A carefully curated collection of interesting facts about Rome, to learn about the city from home or while visiting! Fun facts about Rome for kids and curious adults alike!
One of the things I love the most about Rome is how generous of stories, facts and learning opportunities the city is.
With a history spanning almost 3000 years, almost every corner of the city holds a story to tell.
Growing up in Rome, I was lucky enough to learn many of them from several generations of locals and got so passionate about them I studied Roman history in college (I graduated in Rome) and still now take regular tours of the city with expert guides to keep learning about the city.
This is a collection of my favorite and most interesting facts about Rome and curiosities.
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Facts about Ancient Rome
Rome has an exact date of birth
Rome has an exact date of birth, the 21st of April 753 BC.
The date is still celebrated in the city every year: the Italian name for it is ‘Natale di Roma’, Rome’s birthday!
Rome has (or claims to have) divine origins
The legend says that Rome was founded by Romulus, one of two twins of divine descendant.
Their mother, Rhea Silvia claimed their father was the God Mars.
Later, history added additional divine elements to this story, connecting Rhea Silvia with Aeneas, son of Venus.
This way, Rome is connected with two of the most powerful Gods of the Roman Pantheon, those presiding war and love.
Rome’ history started with two twins and a she-wolf
Romulus and his twin brother Remus were said to have been abandoned and brought up by a she-wolf.
The wolf is still nowadays the symbol of Rome and you can see her statue in the capitol museums, on the Campidoglio hill and also on the football shirts of the Rome football team!
Fun fact! In Rome, it is still possible to see where the city began and see some of the ancient Rome sights with your own eyes! The Palatine Hill is one of the best places to start: here, you can see the sights and see the archaeological digs (you cannot dig yourself though!). Planning a visit? Find out how here.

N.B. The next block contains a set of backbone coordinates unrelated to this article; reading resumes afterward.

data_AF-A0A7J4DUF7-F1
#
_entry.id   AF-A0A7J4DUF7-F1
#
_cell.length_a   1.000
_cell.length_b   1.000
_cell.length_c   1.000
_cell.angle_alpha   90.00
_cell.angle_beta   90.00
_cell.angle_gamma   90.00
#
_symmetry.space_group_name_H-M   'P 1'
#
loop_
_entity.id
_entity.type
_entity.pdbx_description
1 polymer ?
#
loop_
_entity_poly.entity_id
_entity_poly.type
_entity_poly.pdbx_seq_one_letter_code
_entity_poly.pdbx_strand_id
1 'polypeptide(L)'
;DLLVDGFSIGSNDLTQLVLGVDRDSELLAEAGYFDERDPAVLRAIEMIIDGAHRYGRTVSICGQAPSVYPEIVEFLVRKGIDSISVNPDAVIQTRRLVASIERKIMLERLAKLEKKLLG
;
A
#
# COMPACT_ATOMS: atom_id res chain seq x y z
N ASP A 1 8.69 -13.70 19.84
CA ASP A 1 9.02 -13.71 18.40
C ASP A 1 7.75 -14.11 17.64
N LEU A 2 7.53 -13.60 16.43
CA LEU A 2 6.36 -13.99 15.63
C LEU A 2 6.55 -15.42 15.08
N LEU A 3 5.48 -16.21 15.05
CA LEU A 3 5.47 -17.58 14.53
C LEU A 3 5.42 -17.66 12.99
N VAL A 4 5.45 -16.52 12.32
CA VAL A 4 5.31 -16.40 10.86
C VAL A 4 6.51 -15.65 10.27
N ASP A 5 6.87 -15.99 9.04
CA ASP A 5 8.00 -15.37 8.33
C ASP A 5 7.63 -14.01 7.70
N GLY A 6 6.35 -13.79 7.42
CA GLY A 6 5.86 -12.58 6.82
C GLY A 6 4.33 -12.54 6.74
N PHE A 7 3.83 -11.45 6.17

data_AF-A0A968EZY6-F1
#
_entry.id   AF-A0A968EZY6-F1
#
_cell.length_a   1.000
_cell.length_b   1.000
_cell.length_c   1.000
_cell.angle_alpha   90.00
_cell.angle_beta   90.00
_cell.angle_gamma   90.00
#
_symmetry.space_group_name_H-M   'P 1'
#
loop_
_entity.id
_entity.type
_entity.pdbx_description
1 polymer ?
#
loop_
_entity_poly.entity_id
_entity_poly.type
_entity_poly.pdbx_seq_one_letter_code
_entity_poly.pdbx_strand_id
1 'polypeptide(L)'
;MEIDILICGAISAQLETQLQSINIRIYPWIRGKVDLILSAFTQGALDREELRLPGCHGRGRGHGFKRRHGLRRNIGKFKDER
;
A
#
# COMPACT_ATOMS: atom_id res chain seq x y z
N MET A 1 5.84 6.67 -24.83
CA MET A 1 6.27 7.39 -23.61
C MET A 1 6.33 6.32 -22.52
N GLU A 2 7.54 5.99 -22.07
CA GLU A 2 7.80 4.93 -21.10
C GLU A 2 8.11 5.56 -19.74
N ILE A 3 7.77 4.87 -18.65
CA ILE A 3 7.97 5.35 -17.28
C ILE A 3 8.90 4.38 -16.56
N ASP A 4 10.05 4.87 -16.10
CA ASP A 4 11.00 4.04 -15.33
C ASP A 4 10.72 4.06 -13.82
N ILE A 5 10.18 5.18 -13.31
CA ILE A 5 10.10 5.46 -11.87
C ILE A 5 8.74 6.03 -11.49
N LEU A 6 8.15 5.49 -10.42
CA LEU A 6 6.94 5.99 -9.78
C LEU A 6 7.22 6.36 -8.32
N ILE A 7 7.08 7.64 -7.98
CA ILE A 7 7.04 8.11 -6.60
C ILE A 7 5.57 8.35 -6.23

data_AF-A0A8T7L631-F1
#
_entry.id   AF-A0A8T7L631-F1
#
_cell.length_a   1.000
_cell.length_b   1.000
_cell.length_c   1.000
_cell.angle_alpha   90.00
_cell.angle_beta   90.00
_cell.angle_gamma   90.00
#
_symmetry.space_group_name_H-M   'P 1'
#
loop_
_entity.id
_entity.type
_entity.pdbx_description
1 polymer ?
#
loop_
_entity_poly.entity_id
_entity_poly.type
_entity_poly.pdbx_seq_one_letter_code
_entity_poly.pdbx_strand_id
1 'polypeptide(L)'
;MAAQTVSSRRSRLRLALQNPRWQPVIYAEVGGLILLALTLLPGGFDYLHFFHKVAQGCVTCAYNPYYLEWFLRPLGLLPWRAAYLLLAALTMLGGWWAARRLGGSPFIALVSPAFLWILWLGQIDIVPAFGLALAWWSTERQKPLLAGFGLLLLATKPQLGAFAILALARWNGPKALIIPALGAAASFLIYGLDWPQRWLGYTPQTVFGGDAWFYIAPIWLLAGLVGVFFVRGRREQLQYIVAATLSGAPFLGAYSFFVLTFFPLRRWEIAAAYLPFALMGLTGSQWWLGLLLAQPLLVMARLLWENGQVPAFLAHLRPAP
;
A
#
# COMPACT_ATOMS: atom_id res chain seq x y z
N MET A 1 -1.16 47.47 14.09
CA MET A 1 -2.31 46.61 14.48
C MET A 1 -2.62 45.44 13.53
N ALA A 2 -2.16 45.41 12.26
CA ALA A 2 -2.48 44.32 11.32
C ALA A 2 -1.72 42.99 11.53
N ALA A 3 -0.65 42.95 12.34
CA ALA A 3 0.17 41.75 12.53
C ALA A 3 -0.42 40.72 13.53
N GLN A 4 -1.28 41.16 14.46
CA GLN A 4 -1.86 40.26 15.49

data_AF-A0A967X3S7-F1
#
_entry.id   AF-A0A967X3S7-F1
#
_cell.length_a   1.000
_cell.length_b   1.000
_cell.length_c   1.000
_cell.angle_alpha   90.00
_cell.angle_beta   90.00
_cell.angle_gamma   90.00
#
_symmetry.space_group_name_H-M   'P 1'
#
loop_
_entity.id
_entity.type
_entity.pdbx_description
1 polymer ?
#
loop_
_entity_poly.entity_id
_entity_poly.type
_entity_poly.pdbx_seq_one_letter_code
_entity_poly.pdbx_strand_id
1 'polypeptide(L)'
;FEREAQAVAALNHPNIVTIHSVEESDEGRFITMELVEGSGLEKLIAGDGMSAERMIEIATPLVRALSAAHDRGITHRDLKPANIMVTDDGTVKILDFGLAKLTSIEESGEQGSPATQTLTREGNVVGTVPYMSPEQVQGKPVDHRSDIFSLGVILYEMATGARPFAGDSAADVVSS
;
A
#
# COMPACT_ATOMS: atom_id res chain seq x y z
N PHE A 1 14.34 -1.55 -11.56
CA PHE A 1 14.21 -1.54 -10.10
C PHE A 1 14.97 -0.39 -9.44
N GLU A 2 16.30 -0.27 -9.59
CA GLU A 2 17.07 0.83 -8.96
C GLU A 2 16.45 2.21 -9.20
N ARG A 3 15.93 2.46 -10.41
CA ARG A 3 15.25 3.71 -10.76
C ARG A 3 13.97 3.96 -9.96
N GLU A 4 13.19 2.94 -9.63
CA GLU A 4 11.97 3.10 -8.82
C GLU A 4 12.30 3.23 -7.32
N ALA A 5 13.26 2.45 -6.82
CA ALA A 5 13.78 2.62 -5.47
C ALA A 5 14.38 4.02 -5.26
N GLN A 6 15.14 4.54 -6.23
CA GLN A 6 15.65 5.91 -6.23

Rome started off as a Kingdom
Rome knew several political systems and the first one was a monarchy.
The old kings of Rome were: Romulus, Numa Pompilius, Tullus Ostilius, Ancus Marcius, Tarquinius Priscus, Servius Tullius and Tarquinius Superbus.
You can still see vestiges of this time in the Servian walls in several parts of Rome including Aventine and Capitol hill.
Rome has several sets of walls: the Servian walls, republican walls and much later ones, built by Emperor Aurelianus.
Then became a Republic
After its 7th king, Rome became a republic with a complex political system of honors and titles.
Part of them are remembered in the acronym SPQR still easy to come across in Rome (especially on utilities). Its meaning is: Senatus Populus Que Romanus (The Senate and People of Rome).
Then an Empire
Around the I century AD, Rome eventually became and Empire. It grew in size and power until it took over most of modern Europe.
Good to know: Rome has a wonderful museum showing maps of the expansion of the Empire. It is hosted in the ancient Trajan’s Forum so you learn about ancient Rome IN ancient Rome!
The place where Julius Ceasar was murdered is now inhabited by cats